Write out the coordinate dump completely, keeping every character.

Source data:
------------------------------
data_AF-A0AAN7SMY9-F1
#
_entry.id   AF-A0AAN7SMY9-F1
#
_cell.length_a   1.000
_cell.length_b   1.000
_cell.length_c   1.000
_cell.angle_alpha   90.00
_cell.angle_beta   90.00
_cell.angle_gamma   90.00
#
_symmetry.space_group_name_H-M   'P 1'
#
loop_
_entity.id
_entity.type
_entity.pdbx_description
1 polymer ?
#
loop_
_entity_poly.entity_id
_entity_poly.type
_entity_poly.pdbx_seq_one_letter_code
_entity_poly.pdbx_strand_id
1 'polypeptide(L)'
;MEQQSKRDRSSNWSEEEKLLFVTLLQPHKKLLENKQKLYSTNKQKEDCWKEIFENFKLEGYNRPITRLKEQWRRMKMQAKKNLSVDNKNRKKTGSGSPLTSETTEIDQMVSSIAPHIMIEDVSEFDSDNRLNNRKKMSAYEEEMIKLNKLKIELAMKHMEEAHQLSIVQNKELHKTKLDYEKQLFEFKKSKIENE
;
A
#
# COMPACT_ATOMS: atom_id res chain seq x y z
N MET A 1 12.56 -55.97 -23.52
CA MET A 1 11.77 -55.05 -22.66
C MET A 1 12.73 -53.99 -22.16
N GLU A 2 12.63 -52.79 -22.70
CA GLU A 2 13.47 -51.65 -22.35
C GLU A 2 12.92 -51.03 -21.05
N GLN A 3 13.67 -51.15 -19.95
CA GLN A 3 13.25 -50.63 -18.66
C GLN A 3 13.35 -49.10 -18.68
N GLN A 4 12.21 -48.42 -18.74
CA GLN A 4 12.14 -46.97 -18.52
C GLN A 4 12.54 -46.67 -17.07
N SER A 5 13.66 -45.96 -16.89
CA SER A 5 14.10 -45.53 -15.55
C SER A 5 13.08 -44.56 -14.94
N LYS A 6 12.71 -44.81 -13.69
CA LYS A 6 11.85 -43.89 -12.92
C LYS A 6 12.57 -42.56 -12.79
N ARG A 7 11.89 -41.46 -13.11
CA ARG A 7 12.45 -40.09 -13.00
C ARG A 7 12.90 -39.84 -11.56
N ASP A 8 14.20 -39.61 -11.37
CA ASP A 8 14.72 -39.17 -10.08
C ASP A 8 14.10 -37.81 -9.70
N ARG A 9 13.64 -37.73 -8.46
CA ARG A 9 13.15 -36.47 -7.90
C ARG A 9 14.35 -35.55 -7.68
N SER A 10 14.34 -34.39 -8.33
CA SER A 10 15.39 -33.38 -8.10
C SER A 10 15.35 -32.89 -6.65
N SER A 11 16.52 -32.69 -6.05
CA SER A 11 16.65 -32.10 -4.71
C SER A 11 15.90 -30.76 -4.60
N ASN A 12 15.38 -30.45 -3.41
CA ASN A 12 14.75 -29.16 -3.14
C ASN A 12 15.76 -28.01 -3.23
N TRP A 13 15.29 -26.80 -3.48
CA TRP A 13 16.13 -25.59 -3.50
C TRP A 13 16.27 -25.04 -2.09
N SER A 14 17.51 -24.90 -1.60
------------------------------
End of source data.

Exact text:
data_AF-A0AAN7SMY9-F1
#
_entry.id   AF-A0AAN7SMY9-F1
#
_cell.length_a   1.000
_cell.length_b   1.000
_cell.length_c   1.000
_cell.angle_alpha   90.00
_cell.angle_beta   90.00
_cell.angle_gamma   90.00
#
_symmetry.space_group_name_H-M   'P 1'
#
loop_
_entity.id
_entity.type
_entity.pdbx_description
1 polymer ?
#
loop_
_entity_poly.entity_id
_entity_poly.type
_entity_poly.pdbx_seq_one_letter_code
_entity_poly.pdbx_strand_id
1 'polypeptide(L)'
;MEQQSKRDRSSNWSEEEKLLFVTLLQPHKKLLENKQKLYSTNKQKEDCWKEIFENFKLEGYNRPITRLKEQWRRMKMQAKKNLSVDNKNRKKTGSGSPLTSETTEIDQMVSSIAPHIMIEDVSEFDSDNRLNNRKKMSAYEEEMIKLNKLKIELAMKHMEEAHQLSIVQNKELHKTKLDYEKQLFEFKKSKIENE
;
A
#
# COMPACT_ATOMS: atom_id res chain seq x y z
N MET A 1 12.56 -55.97 -23.52
CA MET A 1 11.77 -55.05 -22.66
C MET A 1 12.73 -53.99 -22.16
N GLU A 2 12.63 -52.79 -22.70
CA GLU A 2 13.47 -51.65 -22.35
C GLU A 2 12.92 -51.03 -21.05
N GLN A 3 13.67 -51.15 -19.95
CA GLN A 3 13.25 -50.63 -18.66
C GLN A 3 13.35 -49.10 -18.68
N GLN A 4 12.21 -48.42 -18.74
CA GLN A 4 12.14 -46.97 -18.52
C GLN A 4 12.54 -46.67 -17.07
N SER A 5 13.66 -45.96 -16.89
CA SER A 5 14.10 -45.53 -15.55
C SER A 5 13.08 -44.56 -14.94
N LYS A 6 12.71 -44.81 -13.69
CA LYS A 6 11.85 -43.89 -12.92
C LYS A 6 12.57 -42.56 -12.79
N ARG A 7 11.89 -41.46 -13.11
CA ARG A 7 12.45 -40.09 -13.00
C ARG A 7 12.90 -39.84 -11.56
N ASP A 8 14.20 -39.61 -11.37
CA ASP A 8 14.72 -39.17 -10.08
C ASP A 8 14.10 -37.81 -9.70
N ARG A 9 13.64 -37.73 -8.46
CA ARG A 9 13.15 -36.47 -7.90
C ARG A 9 14.35 -35.55 -7.68
N SER A 10 14.34 -34.39 -8.33
CA SER A 10 15.39 -33.38 -8.10
C SER A 10 15.35 -32.89 -6.65
N SER A 11 16.52 -32.69 -6.05
CA SER A 11 16.65 -32.10 -4.71
C SER A 11 15.90 -30.76 -4.60
N ASN A 12 15.38 -30.45 -3.41
CA ASN A 12 14.75 -29.16 -3.14
C ASN A 12 15.76 -28.01 -3.23
N TRP A 13 15.29 -26.80 -3.48
CA TRP A 13 16.13 -25.59 -3.50
C TRP A 13 16.27 -25.04 -2.09
N SER A 14 17.51 -24.90 -1.60